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Fly Neighbourly Advice for the Tasman National Park


Public comment is invited on the draft Tasman National Park Fly Neighbourly Advice. The draft Fly Neighbourly Advice has been prepared by the Tasmania Parks and Wildlife Service in response to increasing air traffic over the Tasman National Park.More

Hybrid diesel-electric shuttle buses at Cradle Mountain - a first for National p


When you next visit Cradle Mountain you will be able to step aboard one of the new hybrid, diesel-electric, shuttle buses on your trip to Dove Lake. These new buses will reduce emissions and deliver a quieter, all mobility friendly, visitor experience.More

AFAC Independent Operational Review of the 2018-19 bushfires


Following the 2018-19 bushfires the Tasmanian Government commissioned an independent report by the Australasian Fire and Emergency Service Council to review the overall response and identify areas where more can be done to improve the State's response andMore

New Lookout for Tasmanian Tourism Icon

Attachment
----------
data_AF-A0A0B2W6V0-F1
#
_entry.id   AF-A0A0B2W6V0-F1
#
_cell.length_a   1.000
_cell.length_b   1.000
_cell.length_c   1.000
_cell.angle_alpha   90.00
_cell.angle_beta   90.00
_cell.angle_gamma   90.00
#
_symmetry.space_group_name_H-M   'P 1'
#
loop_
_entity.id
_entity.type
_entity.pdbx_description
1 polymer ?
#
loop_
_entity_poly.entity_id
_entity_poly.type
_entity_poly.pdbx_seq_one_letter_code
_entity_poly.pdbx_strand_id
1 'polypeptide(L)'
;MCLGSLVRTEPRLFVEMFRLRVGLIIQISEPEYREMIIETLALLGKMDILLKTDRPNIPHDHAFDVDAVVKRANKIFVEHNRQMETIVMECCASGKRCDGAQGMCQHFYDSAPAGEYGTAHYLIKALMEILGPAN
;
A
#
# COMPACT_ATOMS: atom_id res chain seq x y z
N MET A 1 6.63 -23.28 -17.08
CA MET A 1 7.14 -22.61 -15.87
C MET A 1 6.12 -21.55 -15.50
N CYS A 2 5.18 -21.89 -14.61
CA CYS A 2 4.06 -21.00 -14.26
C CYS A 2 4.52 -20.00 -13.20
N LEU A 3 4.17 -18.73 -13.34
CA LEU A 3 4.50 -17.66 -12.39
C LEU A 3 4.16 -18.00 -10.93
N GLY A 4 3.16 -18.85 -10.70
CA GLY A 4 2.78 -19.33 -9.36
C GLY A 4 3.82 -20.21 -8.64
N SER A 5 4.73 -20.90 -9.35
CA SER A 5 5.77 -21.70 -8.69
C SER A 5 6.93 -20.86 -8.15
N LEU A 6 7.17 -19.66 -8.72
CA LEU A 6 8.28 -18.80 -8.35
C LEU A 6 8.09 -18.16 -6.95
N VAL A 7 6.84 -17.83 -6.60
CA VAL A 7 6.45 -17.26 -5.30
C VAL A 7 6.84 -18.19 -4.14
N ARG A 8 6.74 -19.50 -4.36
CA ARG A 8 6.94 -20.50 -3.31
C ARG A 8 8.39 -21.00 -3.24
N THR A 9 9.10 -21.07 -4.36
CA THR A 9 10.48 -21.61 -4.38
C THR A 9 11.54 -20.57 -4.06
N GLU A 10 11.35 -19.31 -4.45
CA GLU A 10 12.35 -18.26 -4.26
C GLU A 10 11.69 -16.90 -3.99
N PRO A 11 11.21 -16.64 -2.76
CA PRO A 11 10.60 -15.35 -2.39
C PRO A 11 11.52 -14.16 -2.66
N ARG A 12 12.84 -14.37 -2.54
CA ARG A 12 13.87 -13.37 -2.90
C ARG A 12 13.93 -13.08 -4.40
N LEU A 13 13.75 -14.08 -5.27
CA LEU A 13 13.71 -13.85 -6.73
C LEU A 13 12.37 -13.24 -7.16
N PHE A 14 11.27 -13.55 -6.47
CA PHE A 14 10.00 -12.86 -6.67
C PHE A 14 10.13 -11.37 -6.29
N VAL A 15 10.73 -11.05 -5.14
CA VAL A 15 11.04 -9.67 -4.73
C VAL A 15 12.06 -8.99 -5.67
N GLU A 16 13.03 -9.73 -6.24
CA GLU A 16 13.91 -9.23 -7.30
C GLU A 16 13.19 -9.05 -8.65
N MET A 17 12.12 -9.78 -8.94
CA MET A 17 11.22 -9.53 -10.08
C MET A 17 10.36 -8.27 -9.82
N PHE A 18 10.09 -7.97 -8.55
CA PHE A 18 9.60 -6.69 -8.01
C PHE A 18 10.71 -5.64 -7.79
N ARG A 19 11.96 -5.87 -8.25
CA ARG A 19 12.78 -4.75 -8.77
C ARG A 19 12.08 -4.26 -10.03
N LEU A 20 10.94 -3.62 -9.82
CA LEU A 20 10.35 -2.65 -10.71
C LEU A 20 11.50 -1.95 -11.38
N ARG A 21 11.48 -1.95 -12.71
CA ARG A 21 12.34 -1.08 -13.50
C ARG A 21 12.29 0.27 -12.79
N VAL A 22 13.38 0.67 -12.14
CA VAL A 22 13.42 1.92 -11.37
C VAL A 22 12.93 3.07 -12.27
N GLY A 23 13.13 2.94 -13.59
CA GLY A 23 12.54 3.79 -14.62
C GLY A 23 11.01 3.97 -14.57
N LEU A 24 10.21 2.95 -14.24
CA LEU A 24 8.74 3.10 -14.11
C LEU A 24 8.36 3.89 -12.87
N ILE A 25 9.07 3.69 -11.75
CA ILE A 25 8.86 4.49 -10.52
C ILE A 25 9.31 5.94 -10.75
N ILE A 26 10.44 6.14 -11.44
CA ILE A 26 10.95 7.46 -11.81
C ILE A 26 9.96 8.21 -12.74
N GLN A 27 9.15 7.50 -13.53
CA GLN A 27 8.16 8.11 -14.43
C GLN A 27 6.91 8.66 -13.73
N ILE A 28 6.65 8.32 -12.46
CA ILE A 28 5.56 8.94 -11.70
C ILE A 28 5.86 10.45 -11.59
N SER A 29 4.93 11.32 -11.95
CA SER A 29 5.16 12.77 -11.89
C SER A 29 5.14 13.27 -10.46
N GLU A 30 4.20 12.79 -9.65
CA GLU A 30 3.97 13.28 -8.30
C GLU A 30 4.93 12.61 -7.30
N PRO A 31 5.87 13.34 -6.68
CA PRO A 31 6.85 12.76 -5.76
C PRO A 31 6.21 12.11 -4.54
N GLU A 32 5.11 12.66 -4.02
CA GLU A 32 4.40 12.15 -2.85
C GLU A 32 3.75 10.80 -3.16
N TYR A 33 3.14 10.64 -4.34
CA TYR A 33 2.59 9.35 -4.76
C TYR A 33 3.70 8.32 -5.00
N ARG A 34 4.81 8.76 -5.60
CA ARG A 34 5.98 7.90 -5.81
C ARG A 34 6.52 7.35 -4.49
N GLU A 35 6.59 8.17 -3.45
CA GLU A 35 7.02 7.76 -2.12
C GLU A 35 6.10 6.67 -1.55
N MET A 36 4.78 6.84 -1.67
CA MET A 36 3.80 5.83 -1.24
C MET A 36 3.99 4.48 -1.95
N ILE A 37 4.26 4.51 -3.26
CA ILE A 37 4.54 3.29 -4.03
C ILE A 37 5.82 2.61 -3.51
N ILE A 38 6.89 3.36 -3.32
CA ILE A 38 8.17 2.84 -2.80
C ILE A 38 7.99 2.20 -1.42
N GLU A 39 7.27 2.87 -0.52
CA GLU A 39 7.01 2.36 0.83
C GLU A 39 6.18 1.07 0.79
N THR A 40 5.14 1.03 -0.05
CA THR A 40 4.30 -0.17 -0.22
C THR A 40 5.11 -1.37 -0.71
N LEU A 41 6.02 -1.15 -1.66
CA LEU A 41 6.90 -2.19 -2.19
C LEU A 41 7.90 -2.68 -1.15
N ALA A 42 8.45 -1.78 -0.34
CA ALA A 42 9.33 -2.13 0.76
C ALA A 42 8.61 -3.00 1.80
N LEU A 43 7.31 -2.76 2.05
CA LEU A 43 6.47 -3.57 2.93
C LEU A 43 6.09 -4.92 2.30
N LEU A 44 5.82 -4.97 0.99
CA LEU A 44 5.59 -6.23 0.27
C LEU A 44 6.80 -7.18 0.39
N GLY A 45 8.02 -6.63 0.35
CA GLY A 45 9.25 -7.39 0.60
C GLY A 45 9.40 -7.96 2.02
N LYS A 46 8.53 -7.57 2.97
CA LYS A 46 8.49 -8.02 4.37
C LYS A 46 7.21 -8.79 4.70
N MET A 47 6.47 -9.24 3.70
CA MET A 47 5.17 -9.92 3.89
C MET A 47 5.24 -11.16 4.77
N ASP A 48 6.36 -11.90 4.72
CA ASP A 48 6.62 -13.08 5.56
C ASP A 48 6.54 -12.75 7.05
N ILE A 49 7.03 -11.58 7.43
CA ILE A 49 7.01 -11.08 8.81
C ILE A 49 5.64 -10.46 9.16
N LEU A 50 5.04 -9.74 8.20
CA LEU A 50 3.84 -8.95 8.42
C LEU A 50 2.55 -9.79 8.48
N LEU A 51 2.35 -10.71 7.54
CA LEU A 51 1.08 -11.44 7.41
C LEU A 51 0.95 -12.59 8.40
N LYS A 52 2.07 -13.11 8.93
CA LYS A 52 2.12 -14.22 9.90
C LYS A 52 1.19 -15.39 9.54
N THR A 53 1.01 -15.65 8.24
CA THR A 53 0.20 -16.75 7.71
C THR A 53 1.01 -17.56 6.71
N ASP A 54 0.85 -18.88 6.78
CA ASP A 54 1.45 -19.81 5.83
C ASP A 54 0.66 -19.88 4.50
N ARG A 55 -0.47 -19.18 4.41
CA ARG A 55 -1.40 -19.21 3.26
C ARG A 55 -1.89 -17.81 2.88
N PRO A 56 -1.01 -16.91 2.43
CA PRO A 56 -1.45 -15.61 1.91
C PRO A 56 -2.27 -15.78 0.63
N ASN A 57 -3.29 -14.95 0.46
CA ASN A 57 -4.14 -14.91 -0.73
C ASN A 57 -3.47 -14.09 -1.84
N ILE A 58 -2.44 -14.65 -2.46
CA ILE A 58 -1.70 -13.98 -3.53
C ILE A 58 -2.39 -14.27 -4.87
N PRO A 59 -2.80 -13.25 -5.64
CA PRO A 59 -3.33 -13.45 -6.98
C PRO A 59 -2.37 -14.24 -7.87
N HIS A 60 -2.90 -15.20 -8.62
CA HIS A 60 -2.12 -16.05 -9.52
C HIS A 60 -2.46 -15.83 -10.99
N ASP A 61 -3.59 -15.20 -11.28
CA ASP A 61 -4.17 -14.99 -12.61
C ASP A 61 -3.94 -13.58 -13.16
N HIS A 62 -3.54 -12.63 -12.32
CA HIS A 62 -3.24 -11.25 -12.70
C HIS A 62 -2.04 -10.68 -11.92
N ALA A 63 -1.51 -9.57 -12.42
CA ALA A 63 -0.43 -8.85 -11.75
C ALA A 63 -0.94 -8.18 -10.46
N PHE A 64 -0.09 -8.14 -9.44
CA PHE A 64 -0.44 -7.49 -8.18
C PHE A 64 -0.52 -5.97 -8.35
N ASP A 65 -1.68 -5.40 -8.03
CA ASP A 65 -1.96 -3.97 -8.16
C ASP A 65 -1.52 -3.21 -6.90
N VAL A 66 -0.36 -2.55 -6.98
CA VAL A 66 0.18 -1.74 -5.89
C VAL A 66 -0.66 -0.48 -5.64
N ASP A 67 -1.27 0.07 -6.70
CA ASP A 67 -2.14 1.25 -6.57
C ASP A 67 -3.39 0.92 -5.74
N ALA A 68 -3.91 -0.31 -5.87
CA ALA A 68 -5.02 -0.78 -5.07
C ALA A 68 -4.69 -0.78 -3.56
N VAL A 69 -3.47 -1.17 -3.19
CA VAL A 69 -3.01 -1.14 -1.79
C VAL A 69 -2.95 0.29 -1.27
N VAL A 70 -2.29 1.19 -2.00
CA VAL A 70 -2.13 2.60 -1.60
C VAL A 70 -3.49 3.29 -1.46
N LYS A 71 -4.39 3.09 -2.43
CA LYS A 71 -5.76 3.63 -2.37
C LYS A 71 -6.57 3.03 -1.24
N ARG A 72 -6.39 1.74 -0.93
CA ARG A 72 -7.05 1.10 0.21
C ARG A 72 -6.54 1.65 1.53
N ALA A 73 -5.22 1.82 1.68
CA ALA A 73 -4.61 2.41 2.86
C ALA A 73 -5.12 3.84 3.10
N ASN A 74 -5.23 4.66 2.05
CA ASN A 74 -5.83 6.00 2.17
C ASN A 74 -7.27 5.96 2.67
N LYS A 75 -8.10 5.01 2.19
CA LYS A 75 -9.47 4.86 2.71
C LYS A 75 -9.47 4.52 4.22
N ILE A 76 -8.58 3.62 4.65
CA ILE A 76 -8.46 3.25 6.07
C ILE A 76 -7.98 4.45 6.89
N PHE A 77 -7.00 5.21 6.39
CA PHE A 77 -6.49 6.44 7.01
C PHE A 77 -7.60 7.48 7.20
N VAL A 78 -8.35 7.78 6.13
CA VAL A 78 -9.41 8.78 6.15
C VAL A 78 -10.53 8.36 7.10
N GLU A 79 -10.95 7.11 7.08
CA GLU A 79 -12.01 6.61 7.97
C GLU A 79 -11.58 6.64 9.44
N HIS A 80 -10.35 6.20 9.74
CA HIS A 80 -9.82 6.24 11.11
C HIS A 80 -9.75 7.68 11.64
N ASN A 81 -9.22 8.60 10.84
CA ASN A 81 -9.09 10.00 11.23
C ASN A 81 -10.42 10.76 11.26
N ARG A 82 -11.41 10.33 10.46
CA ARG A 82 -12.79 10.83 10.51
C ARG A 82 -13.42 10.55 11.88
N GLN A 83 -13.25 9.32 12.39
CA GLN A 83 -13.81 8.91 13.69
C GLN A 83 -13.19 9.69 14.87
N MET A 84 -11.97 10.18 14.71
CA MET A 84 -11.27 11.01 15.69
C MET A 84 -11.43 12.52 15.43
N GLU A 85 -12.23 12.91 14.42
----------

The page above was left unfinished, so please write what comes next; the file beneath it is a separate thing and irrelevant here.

One of Tasmania’s most visited and spectacular tourist locations, the Wineglass Bay Lookout, has a new viewing platform.

The Minister for Environment, Parks and Heritage, Brian Wightman, said about 140,000 visitors come to view Wineglass Bay, each year.

“Wineglass Bay is a true Tasmanian icon, and world-renowned for its outstanding beauty,” Mr Wightman said.

“This platform is a very worthy investment in one of our most popular attractions, which is being managed with excellent leadership by the Parks and Wildlife Service,” he said.

The Tourism Minister, Scott Bacon, welcomed construction of the new platform, which provides another boost for East Coast tourism operators, particularly at Coles Bay.

“This modern new platform makes the most of our natural gem at Wineglass Bay, and enhances its tourism experience even further,” Mr Bacon said.

“It plays to our strength as a uniquely beautiful and unspoiled part of the world that people visit and enjoy,” he said.

The new viewing platform is five times bigger than the old 20-year-old timber platform, and is expected to last more than 100 years.

The platform and track was built using $410,000 from the Economic and Social Infrastructure Fund.

It’s part of the third stage of the Freycinet precinct upgrade, worth about $2.3 million. Work so far includes new car parking facilities, track head facilities, interpretation assets and a looped track from the car park to the lookout junction.

“The rock-walls along the track and the viewing platform are true works of art, and mix beautifully with the surrounding landscape,” Mr Wightman said.

“They’ll help protect the natural environment which attracts visitors in the first place, while also providing a safer and more enjoyable experience,” he said.